Emerging training leaders most likely will report to an executive sponsor for the project development and work with them to understand the business implications of their assignment. They should schedule regular feedback sessions with the peers they are directly working with to learn how they are doing and request input for how they can improve. And they should seek constructive criticism from those utilizing the training project once done.

A training/learning and development project should demonstrate how the individual manages and leads a group of people and provide measurable impact toward the organizational strategic goal.


Another criterion for the Emerging Training Leaders Award is the potential to lead the Training or Learning and Development function at an organization in the next one to 10 years.

To position Training or L&D as an ally to business growth and development, emerging training leaders have to understand business operations and strategy. Training and L&D managers oversee staff and plan and coordinate programs to enhance the knowledge and skills of all the employees of an entire organization.

They must build organizational teams and networking skills so they can understand how to interact with other managers across the organization. In addition, if emerging training leaders do not show sufficient business acumen, they cannot show how training can produce a solid return on investment.

According to the 2018 Bureau of Labor Statistics, the employment of Training/L&D managers is projected to grow 8 percent from 2018 to 2028, faster than the average for all occupations. Job prospects should be favorable because of the constant need for workplace training and education.

The fortunate outcome for any emerging training leader is that future training and development will always need managers in nearly every industry. Most candidates need a combination of education and related work experience to become a Training/L&D manager. Recommending your Training/L&D professionals be involved in your organization’s emerging leaders program is one way to elevate the role of such professionals.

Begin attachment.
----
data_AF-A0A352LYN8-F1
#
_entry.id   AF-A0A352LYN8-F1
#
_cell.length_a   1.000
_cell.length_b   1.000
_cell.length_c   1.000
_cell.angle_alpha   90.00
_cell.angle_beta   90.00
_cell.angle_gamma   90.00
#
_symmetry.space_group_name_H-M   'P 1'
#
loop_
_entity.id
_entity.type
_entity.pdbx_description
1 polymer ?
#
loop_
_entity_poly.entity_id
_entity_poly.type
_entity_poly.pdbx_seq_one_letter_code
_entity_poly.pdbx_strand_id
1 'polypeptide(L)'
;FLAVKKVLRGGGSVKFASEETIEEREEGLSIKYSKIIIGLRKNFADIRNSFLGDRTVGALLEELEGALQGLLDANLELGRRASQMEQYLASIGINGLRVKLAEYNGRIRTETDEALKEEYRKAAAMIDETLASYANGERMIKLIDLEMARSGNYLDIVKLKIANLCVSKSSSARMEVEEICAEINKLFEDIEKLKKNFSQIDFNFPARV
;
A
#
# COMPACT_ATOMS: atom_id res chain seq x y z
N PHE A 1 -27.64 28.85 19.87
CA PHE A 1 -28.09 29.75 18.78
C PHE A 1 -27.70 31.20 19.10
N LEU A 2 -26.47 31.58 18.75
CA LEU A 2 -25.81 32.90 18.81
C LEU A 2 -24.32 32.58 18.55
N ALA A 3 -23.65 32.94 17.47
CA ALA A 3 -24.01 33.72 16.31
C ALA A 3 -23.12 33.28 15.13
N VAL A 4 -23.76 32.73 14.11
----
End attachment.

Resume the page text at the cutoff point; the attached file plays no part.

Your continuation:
Consider what your organization needs to be doing to increase the number of potential emerging training leader candidates—not only to win next year’s Training magazine Emerging Training Leaders Award, but for the growth and success of your organization, too.

Roy Saunderson, MA, CRP, is author of “GIVING the Real Recognition Way” and Chief Learning Officer at Rideau Recognition Solutions. His consulting and learning skills focus on helping companies “give real recognition the right way wherever they are.” For recognition insights, visit: For more information, e-mail him at or visit

Roy Saunderson, MA, CRP
Roy Saunderson, MA, CRP, is author of “Practicing Recognition” and Chief Learning Officer at Rideau Recognition Solutions. His consulting and learning skills focus on helping companies “give real recognition the right way wherever they are.” For recognition insights, visit: For more information, e-mail him at: or visit: